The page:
10 Unusual Uses for Wooden Toothpicks

True to their name, toothpicks were originally used to clean the food and gunk out of people’s teeth. Charles Forster came up with the idea after he saw South American natives cleaning their teeth with small strips of wood. He returned to America and started making toothpicks by hand. By 1860, his toothpick production was performed by machines. Other than cleaning your teeth, there are other things toothpicks are good for. Read this interesting article and find out ten unusual uses for wooden toothpicks you may not have thought of!

1. Tiny Paint Stirrers
Anytime you need to stir a small container of paint, grab a wooden toothpick for the job! They’re cheap to buy, disposable, and they’re thin enough to fit into little containers, such as the kind you get when you buy a paint-by-numbers set.

Speaking of paint-by-numbers, wooden toothpicks work great to apply paint to those teeny, tiny areas.

2. Clean Dirt and Grease From Under Your Nails
Another unusual use for wooden toothpicks is to effectively clean dirt, grease and other debris from underneath your finger and toe nails. Just be careful not to push the toothpick in too far, or it will hurt!

3. Reach Reset Buttons on Electronics
I think electronics manufacturers are in cahoots with toothpick manufacturers. The holes you need to reach into to reset a clock, video game, et cetera, is usually no bigger than the point of an ink pen. How are you supposed to reach inside that? Use a wooden toothpick!

4. Apply Dabs of Glue
Anytime I need to glue something small like a broken piece on a figurine, for example, I use a wooden toothpick to apply the adhesive. The tiny end is perfect for placing dabs of glue on a piece without applying too much.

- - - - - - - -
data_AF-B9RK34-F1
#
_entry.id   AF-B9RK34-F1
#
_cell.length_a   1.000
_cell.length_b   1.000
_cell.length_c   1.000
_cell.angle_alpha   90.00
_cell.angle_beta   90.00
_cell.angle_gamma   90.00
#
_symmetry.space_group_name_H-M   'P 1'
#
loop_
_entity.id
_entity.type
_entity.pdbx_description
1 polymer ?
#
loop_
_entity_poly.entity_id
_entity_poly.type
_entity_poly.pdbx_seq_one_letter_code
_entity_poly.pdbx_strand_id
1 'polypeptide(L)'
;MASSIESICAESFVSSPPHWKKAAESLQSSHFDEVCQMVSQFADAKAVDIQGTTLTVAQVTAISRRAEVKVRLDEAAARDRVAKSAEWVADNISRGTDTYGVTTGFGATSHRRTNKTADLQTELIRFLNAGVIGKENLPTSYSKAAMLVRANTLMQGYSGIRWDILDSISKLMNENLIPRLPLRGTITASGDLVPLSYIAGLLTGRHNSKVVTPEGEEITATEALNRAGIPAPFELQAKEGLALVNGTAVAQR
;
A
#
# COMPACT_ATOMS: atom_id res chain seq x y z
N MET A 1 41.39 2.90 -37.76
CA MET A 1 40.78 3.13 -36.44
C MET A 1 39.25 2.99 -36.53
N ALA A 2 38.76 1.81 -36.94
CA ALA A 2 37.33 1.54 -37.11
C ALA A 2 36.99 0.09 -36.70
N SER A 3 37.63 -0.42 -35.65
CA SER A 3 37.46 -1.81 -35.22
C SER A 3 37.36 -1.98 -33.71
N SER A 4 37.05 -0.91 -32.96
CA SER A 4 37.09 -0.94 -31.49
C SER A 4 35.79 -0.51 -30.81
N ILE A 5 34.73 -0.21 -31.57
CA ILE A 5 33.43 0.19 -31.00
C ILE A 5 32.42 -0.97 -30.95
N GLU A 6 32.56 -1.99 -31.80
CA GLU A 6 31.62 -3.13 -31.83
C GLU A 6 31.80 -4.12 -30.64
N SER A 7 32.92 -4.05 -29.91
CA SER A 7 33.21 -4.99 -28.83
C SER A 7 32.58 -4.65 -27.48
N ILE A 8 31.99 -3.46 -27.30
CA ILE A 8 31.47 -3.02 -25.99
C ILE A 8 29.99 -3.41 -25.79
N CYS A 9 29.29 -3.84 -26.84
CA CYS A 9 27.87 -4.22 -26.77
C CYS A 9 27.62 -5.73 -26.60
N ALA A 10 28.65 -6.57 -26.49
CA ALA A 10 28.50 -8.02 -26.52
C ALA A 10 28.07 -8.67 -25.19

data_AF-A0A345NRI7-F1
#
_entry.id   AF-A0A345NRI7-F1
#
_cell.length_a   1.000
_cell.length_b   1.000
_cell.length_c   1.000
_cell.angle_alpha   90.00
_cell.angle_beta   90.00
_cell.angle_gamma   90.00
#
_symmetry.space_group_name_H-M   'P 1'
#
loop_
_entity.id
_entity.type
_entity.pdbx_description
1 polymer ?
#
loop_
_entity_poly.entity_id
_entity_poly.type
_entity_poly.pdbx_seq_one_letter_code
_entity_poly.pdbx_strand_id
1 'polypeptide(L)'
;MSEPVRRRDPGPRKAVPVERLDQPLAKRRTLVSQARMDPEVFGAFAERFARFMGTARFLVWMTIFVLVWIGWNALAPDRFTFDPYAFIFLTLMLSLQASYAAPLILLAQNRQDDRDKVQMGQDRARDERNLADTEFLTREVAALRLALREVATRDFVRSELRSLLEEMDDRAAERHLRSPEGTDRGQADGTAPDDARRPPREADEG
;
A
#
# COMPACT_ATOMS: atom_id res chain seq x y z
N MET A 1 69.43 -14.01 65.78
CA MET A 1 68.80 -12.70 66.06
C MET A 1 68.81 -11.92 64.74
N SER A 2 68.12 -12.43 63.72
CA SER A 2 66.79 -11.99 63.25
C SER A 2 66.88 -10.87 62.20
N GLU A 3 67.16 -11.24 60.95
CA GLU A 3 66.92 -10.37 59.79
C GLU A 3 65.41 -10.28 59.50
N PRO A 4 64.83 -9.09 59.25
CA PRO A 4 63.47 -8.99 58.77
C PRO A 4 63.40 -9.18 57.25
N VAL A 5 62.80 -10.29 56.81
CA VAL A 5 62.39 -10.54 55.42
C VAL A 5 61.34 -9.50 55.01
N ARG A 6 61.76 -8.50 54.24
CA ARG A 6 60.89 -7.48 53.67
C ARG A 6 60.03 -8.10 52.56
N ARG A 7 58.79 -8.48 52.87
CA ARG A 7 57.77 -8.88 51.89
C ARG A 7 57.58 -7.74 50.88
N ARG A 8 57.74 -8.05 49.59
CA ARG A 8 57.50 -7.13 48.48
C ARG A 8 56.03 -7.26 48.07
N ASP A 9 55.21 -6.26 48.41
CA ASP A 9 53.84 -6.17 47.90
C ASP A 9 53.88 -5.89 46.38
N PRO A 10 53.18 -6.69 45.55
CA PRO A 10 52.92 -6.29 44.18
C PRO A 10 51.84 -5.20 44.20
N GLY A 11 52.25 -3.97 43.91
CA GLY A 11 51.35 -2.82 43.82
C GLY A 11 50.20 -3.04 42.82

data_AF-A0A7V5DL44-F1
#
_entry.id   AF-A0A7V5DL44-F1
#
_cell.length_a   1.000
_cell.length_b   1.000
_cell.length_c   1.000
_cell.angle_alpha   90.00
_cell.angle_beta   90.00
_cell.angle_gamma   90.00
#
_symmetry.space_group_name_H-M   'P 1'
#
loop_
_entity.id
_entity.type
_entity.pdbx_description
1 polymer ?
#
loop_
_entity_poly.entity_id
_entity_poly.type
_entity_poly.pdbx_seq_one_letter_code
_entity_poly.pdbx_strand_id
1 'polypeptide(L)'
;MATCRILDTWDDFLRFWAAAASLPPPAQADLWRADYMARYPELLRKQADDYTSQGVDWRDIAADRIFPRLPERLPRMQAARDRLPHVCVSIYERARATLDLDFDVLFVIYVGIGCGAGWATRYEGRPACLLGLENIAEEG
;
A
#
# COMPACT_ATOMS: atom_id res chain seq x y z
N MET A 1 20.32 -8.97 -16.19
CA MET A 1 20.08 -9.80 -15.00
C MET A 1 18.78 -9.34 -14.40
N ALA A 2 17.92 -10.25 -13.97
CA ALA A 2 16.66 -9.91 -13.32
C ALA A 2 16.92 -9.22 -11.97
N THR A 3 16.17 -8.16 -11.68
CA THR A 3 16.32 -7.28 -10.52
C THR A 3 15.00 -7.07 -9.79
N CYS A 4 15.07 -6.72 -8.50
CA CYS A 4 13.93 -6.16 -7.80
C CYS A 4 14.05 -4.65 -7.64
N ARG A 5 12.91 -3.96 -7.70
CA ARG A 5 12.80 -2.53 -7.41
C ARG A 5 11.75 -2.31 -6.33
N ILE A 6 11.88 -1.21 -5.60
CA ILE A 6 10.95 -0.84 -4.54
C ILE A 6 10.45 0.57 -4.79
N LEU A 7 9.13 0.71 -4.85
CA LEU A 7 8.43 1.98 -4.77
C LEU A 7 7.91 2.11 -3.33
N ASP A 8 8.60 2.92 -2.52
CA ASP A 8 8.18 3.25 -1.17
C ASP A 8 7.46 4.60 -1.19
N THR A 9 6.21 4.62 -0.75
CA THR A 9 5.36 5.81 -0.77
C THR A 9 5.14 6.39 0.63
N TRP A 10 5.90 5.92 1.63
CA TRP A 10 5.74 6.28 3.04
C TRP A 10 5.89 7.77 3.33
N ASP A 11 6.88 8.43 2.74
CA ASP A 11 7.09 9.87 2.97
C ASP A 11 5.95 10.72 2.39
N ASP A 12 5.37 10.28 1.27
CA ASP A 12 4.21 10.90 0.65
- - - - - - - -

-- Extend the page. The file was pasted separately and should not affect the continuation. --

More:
5. Doll House Accessories
Another unusual use for wooden toothpicks is to use them inside a doll house. Toothpicks make dandy accessories like miniature curtain rods, bed frames and picture frames. You can easily trim them to size with an Exacto knife and paint them whatever color you may choose.

6. Clean Out Phone Receiver Holes
You can wipe and wipe and wipe a phone receiver with a damp cloth to try and get it clean. But, you can’t reach inside those small holes with a cloth. But, you can easily clean the goop out with a wooden toothpick!

7. Write On Cake Frosting
This is one of my favorite unusual uses for wooden toothpicks. Whenever you’re getting ready to decorate a cake by adding letters/numbers/symbols/pictures/whatever, take a toothpick and write or draw on the cake frosting. Then, check it out for looks and accuracy. Once you’re satisfied with your “outlines”, go back over them with frosting or decorating gel.

8. Stuff Very Small Animals
Have you ever sewn together very small animals? The sewing can be tedious enough. Then, when it comes to stuffing the batting in, well… that can be nerve wrecking. Another unusual use for wooden toothpicks is to poke the stuffing inside by using one. A toothpick helps you reach into the smallest parts with ease.

9. Temporarily Fix Eyeglasses
I’ve worn eyeglasses for a long time now. They don’t get broken as often as they did when I was a kid, but, still, things happen. Like the screws coming out of the temples so they become unattached from the frame front, for example. Until you can get to the eye doctor, align the screw holes of the pieces together. Then, carefully stick the tip of a toothpick down as far as possible into the holes. Break the rest of the toothpick off and you have a temporarily fix for your eyeglasses.

10. Build A Toothpick Holder
And finally, the tenth unusual use for wooden toothpicks is to make your own toothpick holder. This can a great craft project for the kids to keep them occupied on a rainy day. The easiest way to do this is to start out with a square of Styrofoam, about two inches wide. Glue toothpicks vertically along all four sides. Then, glue two tooth picks horizontally across each side- trim as needed. After the glue dries, the kids can decorate the toothpick holder as they choose by gluing on small flowers, ribbons, et cetera.

Leave a Reply

Your email address will not be published. Required fields are marked *


9 − seven =